Be Smart. Be Safe. Tour hits the road to help Albertans lead safer lives, protect property, prepare for emergencies: IBC

EDMONTON, June 2 2009 – The sleek, shiny trailer has been packed full of interactive displays and exhibits, and four Alberta student ambassadors have just graduated from injury-prevention boot camp. That means Insurance Bureau of Canada’s (IBC’s) 2009 Be Smart. Be Safe. tour is ready to hit the open road again this summer to show people how they can lead safer lives, protect their property and prepare for emergencies.

The award-winning community outreach program, now in its second year, kicked off in Edmonton today. From June through August, the trailer will visit approximately 30 fairs and festivals.

“IBC has a long history of working with governments and safety organizations to make our communities safer,” said Jim Rivait, Vice-President, Alberta and the North, IBC. “From seatbelt laws and graduated licensing to campaigns against drinking and driving, insurers have always been at the leading edge of injury prevention initiatives. Be Smart. Be Safe. is a natural evolution of that tradition.”

Most injuries, whether at home, work or play, are preventable. In addition, Alberta roads are the scene of approximately 400 fatalities and 27,000 injuries every year and driver errors are responsible for over 90% of collisions. “Those errors can be attributed to a number of contributing factors such as inexperience, driver fatigue, distractions, unexpected road hazards and weather conditions,” Rivait added.

To address this issue, IBC has upgraded its popular driving simulator – now known as DUMB Car 2.0 – to cover a broader range of road safety issues including distractions, driving in adverse weather conditions, avoiding road hazards and identifying the point-of-no-return at traffic lights. IBC has also included an eco driving segment to teach drivers how to improve fuel efficiency and reduce their carbon footprints.

“Last summer, I was one of about 4,000 Albertans who tried the D.U.M.B. Car and was impressed by how instantly it demonstrated the dangers of driving while distracted,” said Hon. Luke Ouellette, Minister of Transportation and MLA for Innisfail-Sylvan Lake. “I’m sure this summer, the DUMB Car 2.0 simulator will be just as popular as last year’s version. We can all use a refresher course on safe driving and I urge everyone to try the upgrade and learn from the experience.”

Also new to the tour this year is the Hazard House, a three-dimensional, interactive simulator that teaches families about fire safety and injury prevention in every room of the house. Other popular displays include Safe Home Now!, which features a number of “What’s wrong with this picture?” scenarios to help children prevent common household injuries. Survivor 72 shows the public what items should be included in an emergency preparedness kit to enable them to survive the first 72 hours following a natural disaster. The Safety Quiz allows people to test their safety I.Q. in a number of categories – at home, at work, on the road and at play.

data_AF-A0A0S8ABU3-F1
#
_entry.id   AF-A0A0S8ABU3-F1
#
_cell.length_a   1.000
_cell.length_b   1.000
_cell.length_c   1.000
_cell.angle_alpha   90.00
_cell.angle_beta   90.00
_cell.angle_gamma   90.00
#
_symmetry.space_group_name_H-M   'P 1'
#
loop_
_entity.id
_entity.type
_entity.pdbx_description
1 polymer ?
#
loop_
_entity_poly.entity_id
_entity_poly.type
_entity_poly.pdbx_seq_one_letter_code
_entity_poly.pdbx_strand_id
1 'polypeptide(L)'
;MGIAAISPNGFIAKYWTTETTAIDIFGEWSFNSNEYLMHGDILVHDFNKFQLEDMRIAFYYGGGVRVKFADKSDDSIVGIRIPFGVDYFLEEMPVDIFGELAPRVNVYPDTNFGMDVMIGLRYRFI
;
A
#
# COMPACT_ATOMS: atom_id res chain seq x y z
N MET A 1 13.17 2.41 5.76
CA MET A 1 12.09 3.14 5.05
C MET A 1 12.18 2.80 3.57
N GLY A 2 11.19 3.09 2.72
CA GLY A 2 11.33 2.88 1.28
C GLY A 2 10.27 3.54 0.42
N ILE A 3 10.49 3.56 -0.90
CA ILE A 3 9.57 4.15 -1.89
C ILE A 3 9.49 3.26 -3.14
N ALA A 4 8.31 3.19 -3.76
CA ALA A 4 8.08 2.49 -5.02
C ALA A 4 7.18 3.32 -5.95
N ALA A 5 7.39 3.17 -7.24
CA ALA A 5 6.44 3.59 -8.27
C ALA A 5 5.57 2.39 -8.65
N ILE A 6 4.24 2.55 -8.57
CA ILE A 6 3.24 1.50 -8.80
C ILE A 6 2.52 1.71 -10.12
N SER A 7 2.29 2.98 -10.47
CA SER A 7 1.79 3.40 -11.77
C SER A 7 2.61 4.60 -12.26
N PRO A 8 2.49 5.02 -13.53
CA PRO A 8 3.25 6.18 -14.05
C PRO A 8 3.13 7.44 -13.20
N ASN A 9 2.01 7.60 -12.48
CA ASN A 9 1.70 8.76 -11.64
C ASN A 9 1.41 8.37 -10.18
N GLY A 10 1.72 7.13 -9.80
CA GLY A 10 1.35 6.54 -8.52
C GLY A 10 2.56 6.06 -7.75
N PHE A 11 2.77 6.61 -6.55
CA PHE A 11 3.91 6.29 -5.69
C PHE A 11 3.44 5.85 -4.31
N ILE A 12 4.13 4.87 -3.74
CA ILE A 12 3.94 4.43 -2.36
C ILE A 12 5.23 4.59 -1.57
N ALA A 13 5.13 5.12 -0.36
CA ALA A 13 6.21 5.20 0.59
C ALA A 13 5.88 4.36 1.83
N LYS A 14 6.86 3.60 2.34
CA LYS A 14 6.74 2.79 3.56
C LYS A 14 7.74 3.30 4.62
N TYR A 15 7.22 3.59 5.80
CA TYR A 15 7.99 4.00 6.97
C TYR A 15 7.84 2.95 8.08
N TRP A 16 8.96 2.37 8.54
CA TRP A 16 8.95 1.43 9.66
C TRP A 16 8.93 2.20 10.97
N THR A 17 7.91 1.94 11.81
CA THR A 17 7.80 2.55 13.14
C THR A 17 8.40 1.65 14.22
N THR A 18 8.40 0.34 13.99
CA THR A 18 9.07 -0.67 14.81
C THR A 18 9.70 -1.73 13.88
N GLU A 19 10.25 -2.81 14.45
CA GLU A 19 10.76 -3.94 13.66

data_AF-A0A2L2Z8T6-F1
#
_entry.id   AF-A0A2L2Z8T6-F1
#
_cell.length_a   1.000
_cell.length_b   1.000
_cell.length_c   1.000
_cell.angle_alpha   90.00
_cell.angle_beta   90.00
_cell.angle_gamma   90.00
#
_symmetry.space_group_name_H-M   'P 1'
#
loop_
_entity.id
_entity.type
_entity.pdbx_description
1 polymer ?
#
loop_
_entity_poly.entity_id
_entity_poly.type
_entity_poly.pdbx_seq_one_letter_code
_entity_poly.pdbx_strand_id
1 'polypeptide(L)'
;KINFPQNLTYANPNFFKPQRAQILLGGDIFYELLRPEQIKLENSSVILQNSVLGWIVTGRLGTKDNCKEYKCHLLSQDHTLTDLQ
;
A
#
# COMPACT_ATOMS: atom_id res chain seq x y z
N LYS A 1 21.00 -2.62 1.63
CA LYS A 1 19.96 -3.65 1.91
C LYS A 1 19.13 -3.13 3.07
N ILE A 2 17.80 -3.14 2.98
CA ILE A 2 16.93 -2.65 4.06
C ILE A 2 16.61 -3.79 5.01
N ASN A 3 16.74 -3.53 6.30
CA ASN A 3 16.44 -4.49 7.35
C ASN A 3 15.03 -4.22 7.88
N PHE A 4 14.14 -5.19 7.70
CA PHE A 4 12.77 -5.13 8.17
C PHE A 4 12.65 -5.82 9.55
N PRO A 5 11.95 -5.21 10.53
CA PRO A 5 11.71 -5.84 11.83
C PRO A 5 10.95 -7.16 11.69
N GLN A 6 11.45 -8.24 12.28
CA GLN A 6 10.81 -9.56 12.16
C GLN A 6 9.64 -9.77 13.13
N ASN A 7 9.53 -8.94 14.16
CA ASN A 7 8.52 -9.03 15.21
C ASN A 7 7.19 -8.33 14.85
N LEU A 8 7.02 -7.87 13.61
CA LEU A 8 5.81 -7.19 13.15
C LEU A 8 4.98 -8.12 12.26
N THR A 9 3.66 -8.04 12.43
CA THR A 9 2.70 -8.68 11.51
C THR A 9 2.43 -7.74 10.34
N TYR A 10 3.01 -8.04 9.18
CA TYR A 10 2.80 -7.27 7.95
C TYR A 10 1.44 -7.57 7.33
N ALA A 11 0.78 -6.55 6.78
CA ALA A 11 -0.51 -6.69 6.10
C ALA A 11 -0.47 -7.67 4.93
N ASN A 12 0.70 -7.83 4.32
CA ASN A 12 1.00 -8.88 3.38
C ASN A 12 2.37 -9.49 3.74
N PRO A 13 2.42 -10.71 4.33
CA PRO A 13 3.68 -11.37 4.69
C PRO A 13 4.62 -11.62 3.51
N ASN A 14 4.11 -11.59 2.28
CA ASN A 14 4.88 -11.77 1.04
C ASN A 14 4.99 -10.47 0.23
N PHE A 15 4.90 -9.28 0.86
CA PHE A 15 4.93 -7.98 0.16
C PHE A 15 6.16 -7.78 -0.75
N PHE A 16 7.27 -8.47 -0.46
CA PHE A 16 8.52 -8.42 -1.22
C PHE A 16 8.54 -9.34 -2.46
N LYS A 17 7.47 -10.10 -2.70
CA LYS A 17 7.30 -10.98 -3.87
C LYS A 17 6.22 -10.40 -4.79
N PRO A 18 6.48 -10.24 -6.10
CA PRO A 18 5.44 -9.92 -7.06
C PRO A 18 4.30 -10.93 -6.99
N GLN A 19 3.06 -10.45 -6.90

As part of its community outreach program, IBC has trained a team of Alberta university students to act as youth ambassadors this summer. From June to August, the students will talk to thousands of Albertans to deliver safety messages to help them lead safer lives and prepare for emergencies.

“I applaud IBC and the Be Smart. Be Safe. student ambassadors for taking road safety messages directly to drivers in communities throughout the province this summer,” said Greg Weadick, Chair of the Cabinet Policy Committee on the Economy, and MLA, Lethbridge-West. “Their efforts are helping to make our roads and highways safer for everyone.”

In the coming weeks, the Be Smart. Be Safe. trailers and student ambassadors will travel to Red Deer, Medicine Hat and Drayton Valley before heading to Sherwood Park for Strathcona County Canada Day celebrations. For the complete tour calendar, visit

About Insurance Bureau of Canada:

Insurance Bureau of Canada is the national industry association representing Canada’s private home, car and business insurers. Its member companies represent nearly 95% of the property and casualty (P&C) insurance market in Canada. The P&C industry employs over 110,000 Canadians, pays more than $6 billion in taxes to the federal and provincial governments, and has a total premium base of $38 billion.